Category Archives: Men’s sexuality

Erectile Disorder and 8 Masculinity Myths Part 1

Many men approach a sex therapist having self-diagnosed themselves with Erectile Disorder. Frequently a man may have intermittent trouble obtaining or maintaining an erection but these situations aren’t consistent enough or continue over a period of 6 months or longer to qualify for the DSM 5 diagnosis of Erectile Disorder.  Here are the symptoms of Erectile Disorder: 

  • Inability to get an erection during sexual activity
  • Inability to maintain an erection long enough to finish a sexual act
  • Inability to get an erection that is as rigid as previously experienced
  • the problem causes stress or loss of self-confidence, affects a relationship, or is found to be a sign of an underlying health condition that requires immediate treatment

Myth #1: Men are Always Ready, Willing and Able to Have Sex

From a young age, boys and teens are often told, or it’s depicted that “real men” have to demonstrate power over their sexual partners and take charge while having sex, whether  engaging with female partners or as a top in sex with men. Through generations of conditioning to this end, there has been established a societal belief that males are always DTF (ready to be erotically turned on every time it’s on offer) , and should be ready to go at a moment’s notice due to a perceived heightened sexual prowess. This is simply not true. Many factors, such as diet, sleep, stress, illnesses and relational satisfaction affect one’s desire and ability to become aroused enough to get an erection. The pressure “to perform” is ingrained in men’s psyche in most societies such that men will avoid any flirtation, dating or relationship encounter in order to avoid feeling deep shame if their penis isn’t responding to a partner. 

Myth #2 A Bigger Penis Makes You a Real Man and Sex More Satisfying.

Boys also learn through watching sexual explicit media, stand up comedians or colloquial sayings which they overhear that a penis has to be large if they’re going to pleasure a partner. People have all sorts of erotic and sexual desires and the size of a partner’s penis may be low on the erotic prioity list of many women, men and non-binary partners. For example, 75% of women require direct clitoral stimulation to bring them to orgasm so that vaginal or anal penetration is not as high on their desire list as oral, manual or sex toy stroking and licking. Some men who have sex with men prefer non-penetrative sexuality and would prefer being a side where both partners can self-stimulate or stimulate one another through oral or manual stimulation. Some partners’ primary turn on may be the sound of emotionally intimate talk, dirty whispers or dominant commands rather than the size of a partner’s penis. A 2020 review of research on penis size found that the average length of an erect penis is between 5.1 inches and 5.5 inches. However, the girth of a penis and the potential for intravaginal stimulation has been shown to be more alluring to a small sample of colleage-aged heterosexual women. while a study by Nicole Prause Et Al using 3D models of erect penises contrasted the penis size heterosexual women found desirable in a one-time sexual experience from what they found attractive in a long-term partner.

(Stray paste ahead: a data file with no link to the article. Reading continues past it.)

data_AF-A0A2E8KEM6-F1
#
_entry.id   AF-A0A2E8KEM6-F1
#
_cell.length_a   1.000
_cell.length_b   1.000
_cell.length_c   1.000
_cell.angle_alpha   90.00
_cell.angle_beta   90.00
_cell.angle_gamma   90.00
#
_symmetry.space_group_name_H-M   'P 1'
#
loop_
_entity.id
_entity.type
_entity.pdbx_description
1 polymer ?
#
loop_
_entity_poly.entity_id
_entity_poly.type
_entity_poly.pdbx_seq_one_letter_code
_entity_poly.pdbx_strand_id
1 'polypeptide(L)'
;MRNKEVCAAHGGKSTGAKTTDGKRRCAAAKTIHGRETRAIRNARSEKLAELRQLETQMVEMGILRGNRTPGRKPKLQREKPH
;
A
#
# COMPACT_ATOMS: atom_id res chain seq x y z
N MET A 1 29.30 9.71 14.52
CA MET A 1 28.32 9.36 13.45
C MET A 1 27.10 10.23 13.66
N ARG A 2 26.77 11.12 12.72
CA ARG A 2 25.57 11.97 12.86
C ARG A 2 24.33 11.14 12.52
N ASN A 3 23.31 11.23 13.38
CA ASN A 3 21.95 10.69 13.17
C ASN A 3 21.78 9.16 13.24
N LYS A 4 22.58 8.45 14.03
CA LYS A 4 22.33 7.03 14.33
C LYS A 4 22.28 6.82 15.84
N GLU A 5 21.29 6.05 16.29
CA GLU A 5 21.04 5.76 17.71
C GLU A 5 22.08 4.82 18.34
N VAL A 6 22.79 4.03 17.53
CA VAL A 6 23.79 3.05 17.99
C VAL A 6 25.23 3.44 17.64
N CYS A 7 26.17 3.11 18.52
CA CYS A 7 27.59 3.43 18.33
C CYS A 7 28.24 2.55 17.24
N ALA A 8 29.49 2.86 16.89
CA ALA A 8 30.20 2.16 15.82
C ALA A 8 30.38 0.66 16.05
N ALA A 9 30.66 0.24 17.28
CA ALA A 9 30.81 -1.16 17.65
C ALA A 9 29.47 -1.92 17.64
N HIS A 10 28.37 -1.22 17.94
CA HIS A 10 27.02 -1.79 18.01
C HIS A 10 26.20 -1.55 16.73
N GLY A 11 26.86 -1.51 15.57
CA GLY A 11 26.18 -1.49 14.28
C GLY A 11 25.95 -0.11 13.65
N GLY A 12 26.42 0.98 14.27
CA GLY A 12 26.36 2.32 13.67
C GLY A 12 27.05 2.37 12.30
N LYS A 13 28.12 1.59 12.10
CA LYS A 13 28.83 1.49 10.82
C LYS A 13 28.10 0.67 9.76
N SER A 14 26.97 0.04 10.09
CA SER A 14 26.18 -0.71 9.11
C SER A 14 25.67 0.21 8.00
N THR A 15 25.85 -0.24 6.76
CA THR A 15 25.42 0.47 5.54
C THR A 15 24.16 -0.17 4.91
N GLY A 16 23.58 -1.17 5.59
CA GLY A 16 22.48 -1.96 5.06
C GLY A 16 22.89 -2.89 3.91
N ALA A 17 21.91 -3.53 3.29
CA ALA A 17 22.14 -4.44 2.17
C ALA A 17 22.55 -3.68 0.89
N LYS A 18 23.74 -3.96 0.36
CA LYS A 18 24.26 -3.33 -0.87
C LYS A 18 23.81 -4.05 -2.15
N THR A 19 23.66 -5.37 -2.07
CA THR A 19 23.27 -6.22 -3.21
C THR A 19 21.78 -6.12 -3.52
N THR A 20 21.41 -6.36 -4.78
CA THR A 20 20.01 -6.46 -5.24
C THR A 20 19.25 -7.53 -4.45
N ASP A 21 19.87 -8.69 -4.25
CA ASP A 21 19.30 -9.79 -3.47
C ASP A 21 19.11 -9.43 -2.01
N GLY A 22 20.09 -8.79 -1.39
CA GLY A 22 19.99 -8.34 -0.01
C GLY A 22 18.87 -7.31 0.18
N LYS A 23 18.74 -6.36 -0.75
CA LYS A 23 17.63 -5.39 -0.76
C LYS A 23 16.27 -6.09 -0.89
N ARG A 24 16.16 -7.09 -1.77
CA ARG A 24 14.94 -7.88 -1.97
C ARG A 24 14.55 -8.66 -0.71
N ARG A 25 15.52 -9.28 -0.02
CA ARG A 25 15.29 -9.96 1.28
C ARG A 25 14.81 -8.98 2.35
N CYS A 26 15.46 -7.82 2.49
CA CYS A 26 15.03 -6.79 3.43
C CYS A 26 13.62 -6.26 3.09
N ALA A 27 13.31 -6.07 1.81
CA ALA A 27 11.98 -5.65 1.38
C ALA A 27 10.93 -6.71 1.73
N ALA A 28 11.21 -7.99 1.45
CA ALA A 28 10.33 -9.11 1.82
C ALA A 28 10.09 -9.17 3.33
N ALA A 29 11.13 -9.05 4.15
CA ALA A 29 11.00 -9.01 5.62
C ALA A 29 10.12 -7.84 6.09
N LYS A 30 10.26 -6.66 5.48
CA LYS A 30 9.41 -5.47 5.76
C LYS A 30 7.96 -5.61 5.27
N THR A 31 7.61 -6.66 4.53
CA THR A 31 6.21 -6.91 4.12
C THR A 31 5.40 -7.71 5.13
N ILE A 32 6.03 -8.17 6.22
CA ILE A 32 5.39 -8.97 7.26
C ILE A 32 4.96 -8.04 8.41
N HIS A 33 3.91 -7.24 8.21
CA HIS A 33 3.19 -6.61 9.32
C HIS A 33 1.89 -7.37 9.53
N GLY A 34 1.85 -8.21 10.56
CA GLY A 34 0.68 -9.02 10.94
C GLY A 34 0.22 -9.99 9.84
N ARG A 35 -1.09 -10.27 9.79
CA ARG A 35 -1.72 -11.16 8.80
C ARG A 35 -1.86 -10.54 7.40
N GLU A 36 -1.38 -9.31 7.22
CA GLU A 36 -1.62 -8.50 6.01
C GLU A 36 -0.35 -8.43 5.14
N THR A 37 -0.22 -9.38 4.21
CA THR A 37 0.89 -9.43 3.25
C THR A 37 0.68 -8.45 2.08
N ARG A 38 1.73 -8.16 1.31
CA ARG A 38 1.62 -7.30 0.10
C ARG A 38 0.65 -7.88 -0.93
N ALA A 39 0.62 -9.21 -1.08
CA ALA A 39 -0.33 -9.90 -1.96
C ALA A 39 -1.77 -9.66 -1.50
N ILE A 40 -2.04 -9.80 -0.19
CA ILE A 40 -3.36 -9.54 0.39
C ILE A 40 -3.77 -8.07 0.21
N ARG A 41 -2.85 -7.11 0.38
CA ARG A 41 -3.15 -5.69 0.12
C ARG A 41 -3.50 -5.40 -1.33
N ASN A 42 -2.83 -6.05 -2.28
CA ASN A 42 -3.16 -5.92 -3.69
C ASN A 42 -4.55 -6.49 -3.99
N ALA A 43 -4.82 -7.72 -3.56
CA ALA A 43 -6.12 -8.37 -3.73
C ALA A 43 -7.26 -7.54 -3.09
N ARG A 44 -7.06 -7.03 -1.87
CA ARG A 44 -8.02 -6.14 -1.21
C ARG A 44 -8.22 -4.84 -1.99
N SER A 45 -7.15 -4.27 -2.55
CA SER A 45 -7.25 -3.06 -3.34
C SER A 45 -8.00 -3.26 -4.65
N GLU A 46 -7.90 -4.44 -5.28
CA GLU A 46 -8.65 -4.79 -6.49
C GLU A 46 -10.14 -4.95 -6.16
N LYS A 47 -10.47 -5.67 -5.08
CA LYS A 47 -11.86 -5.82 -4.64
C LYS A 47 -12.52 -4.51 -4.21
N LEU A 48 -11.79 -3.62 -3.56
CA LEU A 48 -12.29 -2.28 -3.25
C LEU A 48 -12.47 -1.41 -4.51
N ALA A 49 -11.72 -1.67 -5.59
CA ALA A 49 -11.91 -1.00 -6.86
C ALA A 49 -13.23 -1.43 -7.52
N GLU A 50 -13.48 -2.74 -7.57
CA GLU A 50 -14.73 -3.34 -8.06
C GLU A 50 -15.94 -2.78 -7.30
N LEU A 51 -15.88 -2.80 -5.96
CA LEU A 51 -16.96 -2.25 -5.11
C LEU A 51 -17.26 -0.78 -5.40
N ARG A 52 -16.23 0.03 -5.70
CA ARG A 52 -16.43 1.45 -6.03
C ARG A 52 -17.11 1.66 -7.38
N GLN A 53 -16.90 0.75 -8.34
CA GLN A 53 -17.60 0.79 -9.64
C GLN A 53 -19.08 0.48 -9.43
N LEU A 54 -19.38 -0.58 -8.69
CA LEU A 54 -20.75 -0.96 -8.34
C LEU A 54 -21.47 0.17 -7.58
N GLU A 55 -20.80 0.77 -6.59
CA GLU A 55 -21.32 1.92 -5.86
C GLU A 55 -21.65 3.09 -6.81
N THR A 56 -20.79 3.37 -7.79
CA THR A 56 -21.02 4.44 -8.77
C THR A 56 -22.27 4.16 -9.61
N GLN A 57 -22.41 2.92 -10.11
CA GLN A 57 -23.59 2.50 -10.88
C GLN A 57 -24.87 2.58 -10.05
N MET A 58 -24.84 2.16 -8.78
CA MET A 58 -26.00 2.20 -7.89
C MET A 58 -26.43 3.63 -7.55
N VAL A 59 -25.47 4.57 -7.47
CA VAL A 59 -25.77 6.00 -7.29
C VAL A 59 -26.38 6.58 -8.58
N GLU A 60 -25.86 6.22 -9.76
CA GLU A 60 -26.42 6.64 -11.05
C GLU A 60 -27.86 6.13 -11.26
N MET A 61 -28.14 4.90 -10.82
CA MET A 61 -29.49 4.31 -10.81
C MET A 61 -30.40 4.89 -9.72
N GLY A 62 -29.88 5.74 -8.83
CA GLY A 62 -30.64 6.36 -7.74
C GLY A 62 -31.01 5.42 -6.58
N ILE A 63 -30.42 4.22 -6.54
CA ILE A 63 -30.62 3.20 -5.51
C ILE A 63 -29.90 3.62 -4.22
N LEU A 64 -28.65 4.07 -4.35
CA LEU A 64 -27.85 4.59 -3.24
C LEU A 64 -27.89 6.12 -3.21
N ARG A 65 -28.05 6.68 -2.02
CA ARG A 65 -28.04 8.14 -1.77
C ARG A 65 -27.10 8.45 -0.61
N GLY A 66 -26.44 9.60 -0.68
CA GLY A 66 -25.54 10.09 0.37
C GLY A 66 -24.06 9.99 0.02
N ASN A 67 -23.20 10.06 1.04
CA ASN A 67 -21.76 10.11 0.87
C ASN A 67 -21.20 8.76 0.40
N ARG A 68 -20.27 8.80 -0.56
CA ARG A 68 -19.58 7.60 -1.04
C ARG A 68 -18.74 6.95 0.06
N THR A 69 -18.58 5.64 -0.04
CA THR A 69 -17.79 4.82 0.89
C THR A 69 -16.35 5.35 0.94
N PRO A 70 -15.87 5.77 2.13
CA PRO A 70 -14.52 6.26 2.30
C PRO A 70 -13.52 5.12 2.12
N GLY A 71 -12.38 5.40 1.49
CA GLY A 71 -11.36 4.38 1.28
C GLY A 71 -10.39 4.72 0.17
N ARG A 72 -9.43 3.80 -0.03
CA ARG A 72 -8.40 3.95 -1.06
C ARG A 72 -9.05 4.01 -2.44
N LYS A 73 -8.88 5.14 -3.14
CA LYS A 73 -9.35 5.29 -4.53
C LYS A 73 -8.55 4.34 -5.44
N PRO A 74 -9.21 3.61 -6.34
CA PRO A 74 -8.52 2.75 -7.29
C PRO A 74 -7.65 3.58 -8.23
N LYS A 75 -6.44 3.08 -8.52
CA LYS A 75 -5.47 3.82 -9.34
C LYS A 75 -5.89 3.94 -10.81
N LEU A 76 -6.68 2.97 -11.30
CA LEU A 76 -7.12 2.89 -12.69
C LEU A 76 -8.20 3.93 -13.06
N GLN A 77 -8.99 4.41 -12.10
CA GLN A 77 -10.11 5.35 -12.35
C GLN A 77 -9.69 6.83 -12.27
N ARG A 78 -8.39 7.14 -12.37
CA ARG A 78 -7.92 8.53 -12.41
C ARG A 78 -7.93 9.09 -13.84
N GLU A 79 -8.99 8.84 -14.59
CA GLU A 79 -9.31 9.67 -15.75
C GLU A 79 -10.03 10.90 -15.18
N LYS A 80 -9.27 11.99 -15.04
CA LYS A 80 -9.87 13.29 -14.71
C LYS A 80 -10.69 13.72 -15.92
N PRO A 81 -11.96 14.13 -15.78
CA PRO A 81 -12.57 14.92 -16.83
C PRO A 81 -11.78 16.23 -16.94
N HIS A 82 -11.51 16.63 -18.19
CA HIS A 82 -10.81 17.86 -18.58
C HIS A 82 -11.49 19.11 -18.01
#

Myth #3 Porn is a Realistic Depiction of Real Sexuality

Porn or sexually explicit material is a form of entertainment to trigger an erotic response. Much of the porn/SEM industry is owned and  produced by men for men who watch it in larger numbers than women. However, as in PG films, the actors are just performers who are chosen for their physical looks including what their genitalia look like in a close up.  These performers are also acting, so that when a woman squeals with excitement without any kissing, caressing or receiving any stimulation from her male partner, the film is misrepresenting what many women state they need in order to get turned on psychologically and emotionally as well as physically aroused.  

Myth #4 Sex Needs to Include Ejaculation

While most men expect to have an orgasm/ejaculation if they are engaging in a sexual act, it doesn’t mean that it should be a given or a demand.  Studies of white heterosexual couples in relationship have shown us that there is an orgasm gap between the amount of times women come to orgasm with partner sex, and a gap between how often men think their female partners have reached orgasm and the actual number of times they do orgasm.  Sex is a sexual umbrella under which many sexual behaviors are included.  It is more important to focus on what each person desires and defines as a pleasurable and satisfying experience each and every time since each person’s body is in a different state each day and each moment.  And while male partners may feel discomfort or pain when they don’t climax after sexual arousal, suffering what is colloquially called “blue balls” isn’t dangerous and the feeling subsides.